Stop bullying at work

Bullying and harassment is a major source of dysfunctionality in organisations and it puts employers at risk of claims of discrimination and constructive dismissal. Poor attendance levels and high staff turnover can often be traced to bullying. How can it be stopped?

There are no absolute answers. Bullying may arise for lack of management skills, insecurity, from stress or from learned behaviour patterns. But if you want to avoid bullying behaviour happening in your organisation here are some tips that may help:

  • Lead by example. We all take some of our values from those for whom we work. Some of the suggestions here will need you as the business owner to take action and lead.
  • Create role certainty. Few situations at work are more stressful than not knowing what is expected of you. Make sure those whose report to you know your expectations. Encourage these to be passed down the line. You may also want to formalise expectations in job descriptions, particularly if your organisation is growing.
  • Value employees. Individuals who are valued, and who value themselves, perform better. Everyone has value; even if you have to search for it!
  • Know how to discipline with respect. Most of us need to receive a quiet word from time to time. It is important to remember that 99% of the time it is the behaviour of the person, not their personality, that needs correction.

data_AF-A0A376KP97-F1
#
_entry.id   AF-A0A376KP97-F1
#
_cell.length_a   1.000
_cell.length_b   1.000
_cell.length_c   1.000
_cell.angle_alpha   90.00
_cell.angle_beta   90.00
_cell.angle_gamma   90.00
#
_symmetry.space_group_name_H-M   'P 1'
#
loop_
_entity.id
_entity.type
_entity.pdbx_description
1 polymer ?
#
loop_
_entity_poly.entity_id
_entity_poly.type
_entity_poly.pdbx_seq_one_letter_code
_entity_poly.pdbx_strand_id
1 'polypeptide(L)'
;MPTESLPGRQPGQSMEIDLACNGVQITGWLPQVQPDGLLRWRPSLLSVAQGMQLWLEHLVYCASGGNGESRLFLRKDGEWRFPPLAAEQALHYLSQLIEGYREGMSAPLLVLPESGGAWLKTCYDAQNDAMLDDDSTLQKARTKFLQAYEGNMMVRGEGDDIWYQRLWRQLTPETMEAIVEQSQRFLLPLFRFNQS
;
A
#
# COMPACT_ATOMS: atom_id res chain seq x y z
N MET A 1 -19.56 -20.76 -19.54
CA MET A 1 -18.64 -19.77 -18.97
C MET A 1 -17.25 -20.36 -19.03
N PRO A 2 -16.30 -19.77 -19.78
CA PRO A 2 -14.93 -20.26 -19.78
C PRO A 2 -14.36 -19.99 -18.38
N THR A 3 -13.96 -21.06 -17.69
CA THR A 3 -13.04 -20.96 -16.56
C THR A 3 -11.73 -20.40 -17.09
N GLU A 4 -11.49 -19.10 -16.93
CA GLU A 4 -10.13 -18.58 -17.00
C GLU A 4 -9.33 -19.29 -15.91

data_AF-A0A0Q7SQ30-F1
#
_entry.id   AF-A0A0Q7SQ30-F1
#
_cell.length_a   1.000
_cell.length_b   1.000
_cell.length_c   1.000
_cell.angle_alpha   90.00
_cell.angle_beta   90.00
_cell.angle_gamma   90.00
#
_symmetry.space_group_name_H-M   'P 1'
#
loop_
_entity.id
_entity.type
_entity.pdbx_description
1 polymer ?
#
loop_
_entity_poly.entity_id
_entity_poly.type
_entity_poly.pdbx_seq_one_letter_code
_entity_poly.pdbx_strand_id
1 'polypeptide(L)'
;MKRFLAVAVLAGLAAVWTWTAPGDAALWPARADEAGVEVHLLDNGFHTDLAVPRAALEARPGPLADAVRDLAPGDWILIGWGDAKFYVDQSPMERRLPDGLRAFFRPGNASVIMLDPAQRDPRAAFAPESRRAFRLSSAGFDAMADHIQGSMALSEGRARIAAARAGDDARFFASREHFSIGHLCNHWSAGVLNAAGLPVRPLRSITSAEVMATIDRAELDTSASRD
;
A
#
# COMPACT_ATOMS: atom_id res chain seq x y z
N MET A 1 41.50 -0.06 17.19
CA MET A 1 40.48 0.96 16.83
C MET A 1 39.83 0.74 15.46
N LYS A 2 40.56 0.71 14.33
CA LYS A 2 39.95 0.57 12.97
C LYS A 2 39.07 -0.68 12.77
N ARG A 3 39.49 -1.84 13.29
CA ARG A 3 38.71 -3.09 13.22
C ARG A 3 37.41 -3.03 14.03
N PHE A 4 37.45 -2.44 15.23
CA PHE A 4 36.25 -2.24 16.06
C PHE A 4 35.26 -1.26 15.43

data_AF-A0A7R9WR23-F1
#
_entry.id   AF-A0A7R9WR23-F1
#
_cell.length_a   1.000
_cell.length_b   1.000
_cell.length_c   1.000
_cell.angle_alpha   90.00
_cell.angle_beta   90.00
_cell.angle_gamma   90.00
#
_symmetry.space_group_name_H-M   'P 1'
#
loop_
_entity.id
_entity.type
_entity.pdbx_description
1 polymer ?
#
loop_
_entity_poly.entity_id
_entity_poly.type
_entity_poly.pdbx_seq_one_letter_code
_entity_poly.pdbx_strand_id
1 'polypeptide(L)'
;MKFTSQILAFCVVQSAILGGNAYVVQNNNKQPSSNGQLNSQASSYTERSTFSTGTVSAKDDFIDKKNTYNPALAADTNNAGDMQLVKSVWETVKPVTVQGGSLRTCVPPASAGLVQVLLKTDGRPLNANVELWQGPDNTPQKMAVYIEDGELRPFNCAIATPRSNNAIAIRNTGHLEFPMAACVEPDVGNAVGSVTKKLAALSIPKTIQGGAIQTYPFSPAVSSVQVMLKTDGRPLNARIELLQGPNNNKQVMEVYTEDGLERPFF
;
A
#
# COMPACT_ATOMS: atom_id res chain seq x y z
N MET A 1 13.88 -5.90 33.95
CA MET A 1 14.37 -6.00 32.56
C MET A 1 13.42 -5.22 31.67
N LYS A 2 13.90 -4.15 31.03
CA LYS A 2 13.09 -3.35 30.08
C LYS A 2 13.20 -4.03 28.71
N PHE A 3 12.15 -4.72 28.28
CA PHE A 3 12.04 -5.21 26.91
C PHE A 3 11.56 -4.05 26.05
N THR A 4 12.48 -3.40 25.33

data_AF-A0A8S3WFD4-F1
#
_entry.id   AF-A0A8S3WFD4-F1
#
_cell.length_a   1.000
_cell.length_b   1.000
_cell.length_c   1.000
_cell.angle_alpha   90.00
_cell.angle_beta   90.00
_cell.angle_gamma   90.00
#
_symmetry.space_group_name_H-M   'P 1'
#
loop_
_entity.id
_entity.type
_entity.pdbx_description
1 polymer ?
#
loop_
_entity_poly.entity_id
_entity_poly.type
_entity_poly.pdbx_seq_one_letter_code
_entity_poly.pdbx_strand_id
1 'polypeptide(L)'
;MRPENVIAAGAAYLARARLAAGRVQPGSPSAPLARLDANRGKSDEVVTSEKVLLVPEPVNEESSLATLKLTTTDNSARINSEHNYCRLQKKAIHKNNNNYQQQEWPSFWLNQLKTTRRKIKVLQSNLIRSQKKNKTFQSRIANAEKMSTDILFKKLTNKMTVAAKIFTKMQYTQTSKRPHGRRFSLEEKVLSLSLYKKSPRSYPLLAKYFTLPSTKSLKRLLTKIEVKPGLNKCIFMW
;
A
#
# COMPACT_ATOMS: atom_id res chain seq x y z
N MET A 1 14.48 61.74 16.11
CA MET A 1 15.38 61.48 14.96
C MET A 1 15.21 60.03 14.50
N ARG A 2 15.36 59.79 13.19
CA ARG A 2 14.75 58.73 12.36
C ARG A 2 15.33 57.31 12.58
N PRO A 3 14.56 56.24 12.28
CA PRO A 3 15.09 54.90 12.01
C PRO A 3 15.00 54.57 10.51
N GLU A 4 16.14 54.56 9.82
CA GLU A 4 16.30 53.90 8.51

• Appropriate training. It is easy to assume that informal discipline comes naturally to managers. In most cases it doesn’t. If your lead by example is not sufficient, then it would be valuable to train managers and supervisors.
  • Encourage healthy minds. Employees benefit from a good work-life balance including exercise, time to be still, good sleep, family time and leisure time. Frazzled, tired and stressed employees are far more likely to bully others.
  • Listen. Be alert to signs that employees may feel bullied and identify the responsible individual(s) early if you can. People frequently do not realise the effect that they have on others. Alerting them may be all that is needed. On the other hand they may need help and support – they are people with value too.

Of course, you will have a bullying and harassment policy in place so employees know how they can raise concerns. But tackling such adverse behaviour is exceptionally difficult once it has become an established pattern. By the time a complaint has been raised the point of no return may have been reached. Early treatment has a greater prospect of success.

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